This is an archived article that was published on sltrib.com in 2010, and information in the article may be outdated. It is provided only for personal research purposes and may not be reprinted.
Washington • A judge on Tuesday threw out a lawsuit aimed at preventing the United States from targeting anti-American cleric Anwar al-Awlaki for death, but questioned whether a president or his aides can unilaterally order a U.S. citizen assassinated for terrorist activity.
U.S. District Judge John Bates ruled that he does not have the authority to review the president's military decisions and al-Awlaki's father does not have the legal right to sue to stop the U.S. from killing his son.
Among the "stark and perplexing questions" Bates said the case raises is why courts have authority to approve surveillance of Americans overseas but not their killing. And he questioned whether the president or his advisers can order the assassination of a U.S. citizen without "any form of judicial process whatsoever, based on the mere assertion that he is a dangerous member of a terrorist organization."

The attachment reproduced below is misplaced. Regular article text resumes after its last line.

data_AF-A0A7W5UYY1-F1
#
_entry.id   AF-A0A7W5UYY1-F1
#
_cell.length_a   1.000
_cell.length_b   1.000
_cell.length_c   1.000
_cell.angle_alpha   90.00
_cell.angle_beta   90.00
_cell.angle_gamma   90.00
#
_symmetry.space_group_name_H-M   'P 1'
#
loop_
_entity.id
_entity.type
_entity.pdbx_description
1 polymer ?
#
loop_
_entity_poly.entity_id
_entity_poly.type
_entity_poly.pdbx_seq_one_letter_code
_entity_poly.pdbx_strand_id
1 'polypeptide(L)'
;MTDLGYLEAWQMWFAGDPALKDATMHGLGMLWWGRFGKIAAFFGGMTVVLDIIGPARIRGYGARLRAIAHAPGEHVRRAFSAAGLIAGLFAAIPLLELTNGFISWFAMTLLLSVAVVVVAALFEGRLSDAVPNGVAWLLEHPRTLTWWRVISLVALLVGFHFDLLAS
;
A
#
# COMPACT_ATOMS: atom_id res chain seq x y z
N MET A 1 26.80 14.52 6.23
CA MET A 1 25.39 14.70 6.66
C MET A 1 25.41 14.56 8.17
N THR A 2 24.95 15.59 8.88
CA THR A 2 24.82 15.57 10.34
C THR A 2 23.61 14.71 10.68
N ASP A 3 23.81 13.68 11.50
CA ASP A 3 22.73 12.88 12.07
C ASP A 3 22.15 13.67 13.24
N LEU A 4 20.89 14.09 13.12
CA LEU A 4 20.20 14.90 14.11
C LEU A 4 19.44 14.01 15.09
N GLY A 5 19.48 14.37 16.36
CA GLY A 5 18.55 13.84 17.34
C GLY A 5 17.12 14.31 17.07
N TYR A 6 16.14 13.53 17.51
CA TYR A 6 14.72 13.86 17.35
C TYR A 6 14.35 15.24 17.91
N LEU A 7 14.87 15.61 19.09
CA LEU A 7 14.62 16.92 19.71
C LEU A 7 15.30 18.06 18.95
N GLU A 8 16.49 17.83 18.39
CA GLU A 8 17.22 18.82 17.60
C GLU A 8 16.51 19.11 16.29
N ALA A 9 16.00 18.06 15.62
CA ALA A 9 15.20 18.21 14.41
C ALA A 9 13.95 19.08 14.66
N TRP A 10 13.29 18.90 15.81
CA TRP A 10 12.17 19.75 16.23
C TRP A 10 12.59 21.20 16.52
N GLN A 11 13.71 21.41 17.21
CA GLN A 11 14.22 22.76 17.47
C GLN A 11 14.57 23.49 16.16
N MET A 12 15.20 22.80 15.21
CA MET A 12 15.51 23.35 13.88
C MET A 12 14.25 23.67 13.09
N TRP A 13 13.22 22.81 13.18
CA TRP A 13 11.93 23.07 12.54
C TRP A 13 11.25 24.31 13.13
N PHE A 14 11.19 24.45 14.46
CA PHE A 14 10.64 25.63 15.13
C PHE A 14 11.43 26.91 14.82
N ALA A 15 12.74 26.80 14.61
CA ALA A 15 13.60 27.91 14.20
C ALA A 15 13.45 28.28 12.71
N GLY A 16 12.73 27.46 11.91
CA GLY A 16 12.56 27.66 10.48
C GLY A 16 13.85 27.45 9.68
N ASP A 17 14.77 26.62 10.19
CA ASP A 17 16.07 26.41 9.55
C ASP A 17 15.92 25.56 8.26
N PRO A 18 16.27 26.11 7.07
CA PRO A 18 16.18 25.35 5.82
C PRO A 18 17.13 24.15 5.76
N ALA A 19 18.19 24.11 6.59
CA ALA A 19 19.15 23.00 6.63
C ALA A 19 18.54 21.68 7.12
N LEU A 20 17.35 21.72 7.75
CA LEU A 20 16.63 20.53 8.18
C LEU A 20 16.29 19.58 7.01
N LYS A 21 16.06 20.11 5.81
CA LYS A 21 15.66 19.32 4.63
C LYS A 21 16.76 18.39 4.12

Al-Awlaki, believed to be in Yemen, has urged Muslims to kill Americans. He also has been linked to last year's shooting at Fort Hood, Texas, and the attempted bombing of a U.S. flight last Christmas.
The cleric's father, Nasser al-Awlaki of Yemen, argued that international law and the Constitution prevent the administration from targeting his son for death unless he presents a specific imminent threat to life or physical safety and there are no other means to stop him.